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  • this video was made possible by curiosity.

  • Stream watch on limited documentaries for free for a month at curiosity, stream dot com slash real life Lower Mount Everest is the tallest mountain in the world, wedged between Nepal on one side, the 12th poorest country in the world and the Tibet Autonomous Region in China, where there's only an average of two people that exist for every square kilometer.

  • Everest is located in one of the most remote and hard to get to places on the planet, but its status as the tallest mountain in the world has been attracting climbers from all across the world for a century.

  • Now, however, Everest has a dark secret.

  • Right now, as you're watching this video, there are over 300 dead bodies scattered across the mountain, many of which you will probably see yourself if you ever attempt to make the climb.

  • There isn't any other tourist attraction in the world that's quite like that.

  • You don't expect to see corpses well at Disney World or the Grand Canyon or the Great Barrier Reef or anywhere else, for that matter.

  • But it Everest, it's just a given.

  • And yes, Everest is a tourist destination, and that's part of what's made it become so dangerous.

  • You see, in the entire decade of the 19 seventies, there were less than six 100 attempts made to climb Everest.

  • That's far fewer people than live in Antarctica during the brutal winter Today.

  • For context, 1800 attempts were made during the 19 eighties, 2600 more attempts during the nineties.

  • And then the rates skyrocketed to over fourth 1000 attempts in the two thousands and nearly 5000 attempts steering the 20 tens over eight times the number of attempts that were made during the 19 seventies.

  • All of this traffic has turned Everest into a popular destination for wealthy tourists in the middle of one of the most remote places on the planet.

  • And the more that people try and climb the mawr that some will inevitably fail and become a new permanent part of the mountains.

  • Morbid and growing collection of corpses the last year where nobody died while trying, was all the way back in 1977.

  • Unlike other mass graves, the bodies of Everest victims are well preserved to due to the freezing environment, trapped in their clothing forever and permanently frozen in their last moments, like ghosts stuck in time.

  • The hundreds of bodies have been left up there because bringing them down is extremely dangerous and can and has resulted in even more deaths.

  • Perhaps the most famous body on the mountain is a man simply known as green boots, named after the bright green boots he was wearing.

  • Since his identity has never been officially confirmed, it's likely that the body of green boots is that of an Indian climber named sewing pals or who disappeared on the mountain back in 1996.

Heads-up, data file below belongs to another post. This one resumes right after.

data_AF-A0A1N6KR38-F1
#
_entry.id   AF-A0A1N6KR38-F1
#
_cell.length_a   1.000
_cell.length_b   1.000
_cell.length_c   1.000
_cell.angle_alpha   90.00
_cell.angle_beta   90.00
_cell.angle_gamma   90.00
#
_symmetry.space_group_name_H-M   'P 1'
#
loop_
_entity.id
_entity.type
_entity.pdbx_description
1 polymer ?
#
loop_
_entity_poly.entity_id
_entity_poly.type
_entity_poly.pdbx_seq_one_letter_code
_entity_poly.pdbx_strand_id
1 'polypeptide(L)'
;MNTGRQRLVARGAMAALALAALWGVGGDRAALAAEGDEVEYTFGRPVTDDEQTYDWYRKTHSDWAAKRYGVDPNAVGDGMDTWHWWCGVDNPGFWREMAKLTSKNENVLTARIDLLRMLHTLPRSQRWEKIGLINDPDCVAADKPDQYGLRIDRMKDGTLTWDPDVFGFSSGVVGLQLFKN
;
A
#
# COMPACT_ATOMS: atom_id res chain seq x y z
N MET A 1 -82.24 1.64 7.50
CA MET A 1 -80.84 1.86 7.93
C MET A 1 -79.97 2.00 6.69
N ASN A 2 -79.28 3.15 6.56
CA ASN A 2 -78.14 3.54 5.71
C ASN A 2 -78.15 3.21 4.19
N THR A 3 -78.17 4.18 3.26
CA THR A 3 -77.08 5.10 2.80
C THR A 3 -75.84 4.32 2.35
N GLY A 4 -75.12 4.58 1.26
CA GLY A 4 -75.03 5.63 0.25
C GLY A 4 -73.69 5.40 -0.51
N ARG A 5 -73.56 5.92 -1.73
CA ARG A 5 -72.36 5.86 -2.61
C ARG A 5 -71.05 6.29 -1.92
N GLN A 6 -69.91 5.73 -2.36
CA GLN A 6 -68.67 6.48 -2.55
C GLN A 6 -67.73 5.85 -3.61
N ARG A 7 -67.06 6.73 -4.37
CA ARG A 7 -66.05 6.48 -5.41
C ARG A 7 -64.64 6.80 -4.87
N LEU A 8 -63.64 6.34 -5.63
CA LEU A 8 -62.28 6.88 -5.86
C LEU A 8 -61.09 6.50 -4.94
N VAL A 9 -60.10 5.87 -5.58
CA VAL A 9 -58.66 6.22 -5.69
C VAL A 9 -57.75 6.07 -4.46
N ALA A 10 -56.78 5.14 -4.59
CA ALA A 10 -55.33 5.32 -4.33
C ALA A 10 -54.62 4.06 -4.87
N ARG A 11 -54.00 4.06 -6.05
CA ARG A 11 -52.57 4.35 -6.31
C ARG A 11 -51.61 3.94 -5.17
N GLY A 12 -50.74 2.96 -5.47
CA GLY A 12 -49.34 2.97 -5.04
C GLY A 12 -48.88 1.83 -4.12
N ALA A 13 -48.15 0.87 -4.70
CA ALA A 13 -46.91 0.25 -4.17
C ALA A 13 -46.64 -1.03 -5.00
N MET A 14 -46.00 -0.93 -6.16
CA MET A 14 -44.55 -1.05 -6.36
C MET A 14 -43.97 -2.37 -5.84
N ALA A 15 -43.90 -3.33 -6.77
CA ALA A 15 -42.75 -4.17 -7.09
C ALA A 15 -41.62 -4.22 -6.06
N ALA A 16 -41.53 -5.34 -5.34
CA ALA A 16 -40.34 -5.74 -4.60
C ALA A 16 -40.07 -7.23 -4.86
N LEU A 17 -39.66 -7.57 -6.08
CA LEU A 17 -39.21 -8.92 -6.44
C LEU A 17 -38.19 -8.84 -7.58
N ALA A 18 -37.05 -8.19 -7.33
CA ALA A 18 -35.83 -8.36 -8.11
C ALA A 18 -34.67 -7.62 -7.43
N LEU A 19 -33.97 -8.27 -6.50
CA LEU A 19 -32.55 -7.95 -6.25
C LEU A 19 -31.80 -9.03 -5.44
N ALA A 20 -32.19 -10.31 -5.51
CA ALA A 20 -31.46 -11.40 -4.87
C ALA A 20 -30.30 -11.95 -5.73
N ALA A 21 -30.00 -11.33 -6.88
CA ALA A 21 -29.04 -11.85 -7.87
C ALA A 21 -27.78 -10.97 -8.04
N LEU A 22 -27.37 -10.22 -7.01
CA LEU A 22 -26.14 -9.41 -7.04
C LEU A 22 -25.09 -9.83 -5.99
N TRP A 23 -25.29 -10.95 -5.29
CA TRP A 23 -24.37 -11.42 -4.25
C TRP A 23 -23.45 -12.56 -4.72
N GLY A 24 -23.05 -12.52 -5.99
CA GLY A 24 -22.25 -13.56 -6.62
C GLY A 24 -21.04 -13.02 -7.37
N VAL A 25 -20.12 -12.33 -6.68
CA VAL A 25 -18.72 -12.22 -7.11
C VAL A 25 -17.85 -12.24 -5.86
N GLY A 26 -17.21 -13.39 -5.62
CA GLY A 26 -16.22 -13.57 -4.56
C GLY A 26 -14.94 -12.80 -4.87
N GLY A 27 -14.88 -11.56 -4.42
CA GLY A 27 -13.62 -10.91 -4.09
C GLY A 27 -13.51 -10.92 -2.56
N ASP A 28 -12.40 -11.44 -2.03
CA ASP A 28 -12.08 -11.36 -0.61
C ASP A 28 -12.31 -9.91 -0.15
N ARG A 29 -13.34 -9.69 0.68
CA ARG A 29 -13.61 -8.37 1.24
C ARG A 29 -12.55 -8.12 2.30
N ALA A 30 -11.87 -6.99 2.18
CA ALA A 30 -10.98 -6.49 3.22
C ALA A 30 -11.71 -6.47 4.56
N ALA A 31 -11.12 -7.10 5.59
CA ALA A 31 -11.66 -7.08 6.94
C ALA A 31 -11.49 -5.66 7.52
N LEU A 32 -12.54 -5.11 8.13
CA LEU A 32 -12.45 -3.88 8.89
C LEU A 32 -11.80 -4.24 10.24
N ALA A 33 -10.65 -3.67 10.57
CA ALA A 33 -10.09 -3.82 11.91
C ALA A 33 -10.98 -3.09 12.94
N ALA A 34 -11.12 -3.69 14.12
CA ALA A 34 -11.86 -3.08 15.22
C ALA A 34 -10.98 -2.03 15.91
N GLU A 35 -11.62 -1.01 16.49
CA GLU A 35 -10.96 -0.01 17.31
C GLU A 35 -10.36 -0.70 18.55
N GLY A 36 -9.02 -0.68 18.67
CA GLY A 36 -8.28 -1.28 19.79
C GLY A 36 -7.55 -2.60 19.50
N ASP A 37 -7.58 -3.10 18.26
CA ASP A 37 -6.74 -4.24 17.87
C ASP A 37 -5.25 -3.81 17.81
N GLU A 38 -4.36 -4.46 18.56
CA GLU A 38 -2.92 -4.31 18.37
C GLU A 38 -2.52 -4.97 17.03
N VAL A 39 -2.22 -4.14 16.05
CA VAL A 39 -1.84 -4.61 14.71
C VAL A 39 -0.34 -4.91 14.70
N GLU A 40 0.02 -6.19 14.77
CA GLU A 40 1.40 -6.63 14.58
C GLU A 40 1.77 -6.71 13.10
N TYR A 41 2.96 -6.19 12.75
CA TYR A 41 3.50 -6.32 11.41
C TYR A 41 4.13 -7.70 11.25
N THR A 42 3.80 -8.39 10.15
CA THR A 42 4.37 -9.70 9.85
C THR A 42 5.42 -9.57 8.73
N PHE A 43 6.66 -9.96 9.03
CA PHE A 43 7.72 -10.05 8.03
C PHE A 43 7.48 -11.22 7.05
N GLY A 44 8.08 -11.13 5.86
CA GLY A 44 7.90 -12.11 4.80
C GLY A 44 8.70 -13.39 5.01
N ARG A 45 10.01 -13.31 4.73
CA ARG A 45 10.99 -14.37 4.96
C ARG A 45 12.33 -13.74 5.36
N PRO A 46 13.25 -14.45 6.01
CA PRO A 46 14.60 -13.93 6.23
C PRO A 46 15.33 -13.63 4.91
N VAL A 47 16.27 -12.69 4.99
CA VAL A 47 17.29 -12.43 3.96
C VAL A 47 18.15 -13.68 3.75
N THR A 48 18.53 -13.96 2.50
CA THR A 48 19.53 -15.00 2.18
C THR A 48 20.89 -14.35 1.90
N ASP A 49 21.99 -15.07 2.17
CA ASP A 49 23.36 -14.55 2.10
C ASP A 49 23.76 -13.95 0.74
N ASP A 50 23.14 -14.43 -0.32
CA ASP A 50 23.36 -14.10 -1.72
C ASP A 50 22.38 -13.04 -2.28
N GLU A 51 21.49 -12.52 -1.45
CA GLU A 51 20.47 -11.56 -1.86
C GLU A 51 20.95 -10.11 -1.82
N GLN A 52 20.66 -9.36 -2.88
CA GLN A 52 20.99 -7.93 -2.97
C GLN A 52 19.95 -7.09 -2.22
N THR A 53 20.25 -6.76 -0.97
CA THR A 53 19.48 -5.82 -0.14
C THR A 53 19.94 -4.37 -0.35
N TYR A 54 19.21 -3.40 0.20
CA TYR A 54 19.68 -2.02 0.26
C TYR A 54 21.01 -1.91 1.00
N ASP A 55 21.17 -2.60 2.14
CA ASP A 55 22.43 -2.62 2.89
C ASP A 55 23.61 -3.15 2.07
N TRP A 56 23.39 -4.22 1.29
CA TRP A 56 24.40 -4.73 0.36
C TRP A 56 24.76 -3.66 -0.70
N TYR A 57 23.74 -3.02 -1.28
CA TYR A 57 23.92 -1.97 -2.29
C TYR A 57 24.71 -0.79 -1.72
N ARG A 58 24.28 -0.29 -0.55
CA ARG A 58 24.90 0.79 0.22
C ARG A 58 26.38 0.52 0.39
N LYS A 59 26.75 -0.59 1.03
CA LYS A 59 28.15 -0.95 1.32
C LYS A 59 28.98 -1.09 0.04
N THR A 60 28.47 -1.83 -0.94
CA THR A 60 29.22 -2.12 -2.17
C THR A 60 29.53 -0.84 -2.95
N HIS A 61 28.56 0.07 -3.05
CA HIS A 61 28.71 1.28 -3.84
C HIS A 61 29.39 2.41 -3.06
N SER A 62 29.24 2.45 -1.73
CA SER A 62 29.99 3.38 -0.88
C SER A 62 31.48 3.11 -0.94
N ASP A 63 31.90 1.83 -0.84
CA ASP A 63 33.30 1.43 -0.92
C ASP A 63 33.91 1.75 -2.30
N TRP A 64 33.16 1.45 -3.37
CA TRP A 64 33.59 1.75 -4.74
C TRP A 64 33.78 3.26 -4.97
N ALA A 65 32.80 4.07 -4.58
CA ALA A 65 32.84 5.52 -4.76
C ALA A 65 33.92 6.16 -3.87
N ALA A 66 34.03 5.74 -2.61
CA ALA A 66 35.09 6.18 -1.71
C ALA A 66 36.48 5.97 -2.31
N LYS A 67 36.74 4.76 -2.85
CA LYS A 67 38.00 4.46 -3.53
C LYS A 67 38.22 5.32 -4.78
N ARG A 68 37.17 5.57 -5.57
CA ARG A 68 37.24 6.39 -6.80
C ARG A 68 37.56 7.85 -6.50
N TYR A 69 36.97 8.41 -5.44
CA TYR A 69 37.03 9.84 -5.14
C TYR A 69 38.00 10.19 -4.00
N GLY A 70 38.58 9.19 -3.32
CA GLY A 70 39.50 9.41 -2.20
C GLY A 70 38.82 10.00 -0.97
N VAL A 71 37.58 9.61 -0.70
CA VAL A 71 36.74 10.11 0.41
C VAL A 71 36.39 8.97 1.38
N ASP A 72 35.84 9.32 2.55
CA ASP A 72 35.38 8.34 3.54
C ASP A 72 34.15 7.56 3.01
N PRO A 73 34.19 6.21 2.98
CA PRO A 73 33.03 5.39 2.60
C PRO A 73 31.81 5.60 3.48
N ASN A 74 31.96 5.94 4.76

• The body of green boots is visible to everybody attempting to summit the mountain from the north side even today and if it is the body of pals, or that means that it's been resting there in place for 23 years now.

  • But that's far from the longest amount of time that a body has remained up there.

  • 41 of the first men to ever attempt climbing the mountain was George Mallory and his climbing partner, Andrew Irvine.

  • In 1924 they attempted to become the first humans to ever reach Everest summit, and they were last seen alive a mere eight 100 vertical feet away from the top, but they were never seen or heard from again.

  • That is until 75 years later, in 1999 when an expedition discovered Mallory's long lost and very well preserved body in one of the greatest ongoing mystery surrounding the mountain.

  • The discovery of Mallory's body 75 years later was unable to prove if he had ever reached the summit or not 30 years previously, toe When the first confirmed humans did it in 1953 it's known that he and Irvine were carrying a camera that they would have used to photograph their accomplishment had they done it.

  • But the camera wasn't located anywhere near his body.

  • The body of Irvine, however, remains undiscovered on the mountain to this day, the discovery of which could change our understanding of history and exploration forever if he was indeed carrying that camera.

  • The first woman to have ever died on the mountain was a German named Hannelore Smuts, back in 1979 during her descent.

  • After reaching the summit, she grew exhausted after one of her partners had frozen to death.

  • She laid down to rest and simply never woke back up, her body remaining well preserved for decades afterwards, like a haunting ghost just nearby Camp four on the mountain, her body was visible to everyone attempting to summit from the South Side.